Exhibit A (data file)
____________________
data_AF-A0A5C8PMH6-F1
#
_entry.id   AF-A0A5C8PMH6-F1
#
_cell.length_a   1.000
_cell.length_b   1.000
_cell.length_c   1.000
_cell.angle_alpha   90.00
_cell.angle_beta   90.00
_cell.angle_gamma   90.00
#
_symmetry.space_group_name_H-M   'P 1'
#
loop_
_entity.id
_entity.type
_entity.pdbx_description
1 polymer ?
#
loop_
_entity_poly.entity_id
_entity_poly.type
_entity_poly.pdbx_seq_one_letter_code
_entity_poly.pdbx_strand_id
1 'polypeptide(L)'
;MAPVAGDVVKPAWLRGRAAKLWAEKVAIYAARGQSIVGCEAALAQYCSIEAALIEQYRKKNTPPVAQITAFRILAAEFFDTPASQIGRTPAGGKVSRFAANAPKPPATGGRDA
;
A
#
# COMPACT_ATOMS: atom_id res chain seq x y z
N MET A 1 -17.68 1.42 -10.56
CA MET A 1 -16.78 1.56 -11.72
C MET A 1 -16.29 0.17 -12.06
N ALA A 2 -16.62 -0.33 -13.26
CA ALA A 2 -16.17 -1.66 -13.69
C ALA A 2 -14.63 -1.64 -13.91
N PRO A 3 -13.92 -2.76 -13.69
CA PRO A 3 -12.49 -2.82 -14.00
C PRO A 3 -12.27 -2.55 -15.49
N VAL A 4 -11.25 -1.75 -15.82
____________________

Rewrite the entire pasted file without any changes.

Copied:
data_AF-A0A5C8PMH6-F1
#
_entry.id   AF-A0A5C8PMH6-F1
#
_cell.length_a   1.000
_cell.length_b   1.000
_cell.length_c   1.000
_cell.angle_alpha   90.00
_cell.angle_beta   90.00
_cell.angle_gamma   90.00
#
_symmetry.space_group_name_H-M   'P 1'
#
loop_
_entity.id
_entity.type
_entity.pdbx_description
1 polymer ?
#
loop_
_entity_poly.entity_id
_entity_poly.type
_entity_poly.pdbx_seq_one_letter_code
_entity_poly.pdbx_strand_id
1 'polypeptide(L)'
;MAPVAGDVVKPAWLRGRAAKLWAEKVAIYAARGQSIVGCEAALAQYCSIEAALIEQYRKKNTPPVAQITAFRILAAEFFDTPASQIGRTPAGGKVSRFAANAPKPPATGGRDA
;
A
#
# COMPACT_ATOMS: atom_id res chain seq x y z
N MET A 1 -17.68 1.42 -10.56
CA MET A 1 -16.78 1.56 -11.72
C MET A 1 -16.29 0.17 -12.06
N ALA A 2 -16.62 -0.33 -13.26
CA ALA A 2 -16.17 -1.66 -13.69
C ALA A 2 -14.63 -1.64 -13.91
N PRO A 3 -13.92 -2.76 -13.69
CA PRO A 3 -12.49 -2.82 -14.00
C PRO A 3 -12.27 -2.55 -15.49
N VAL A 4 -11.25 -1.75 -15.82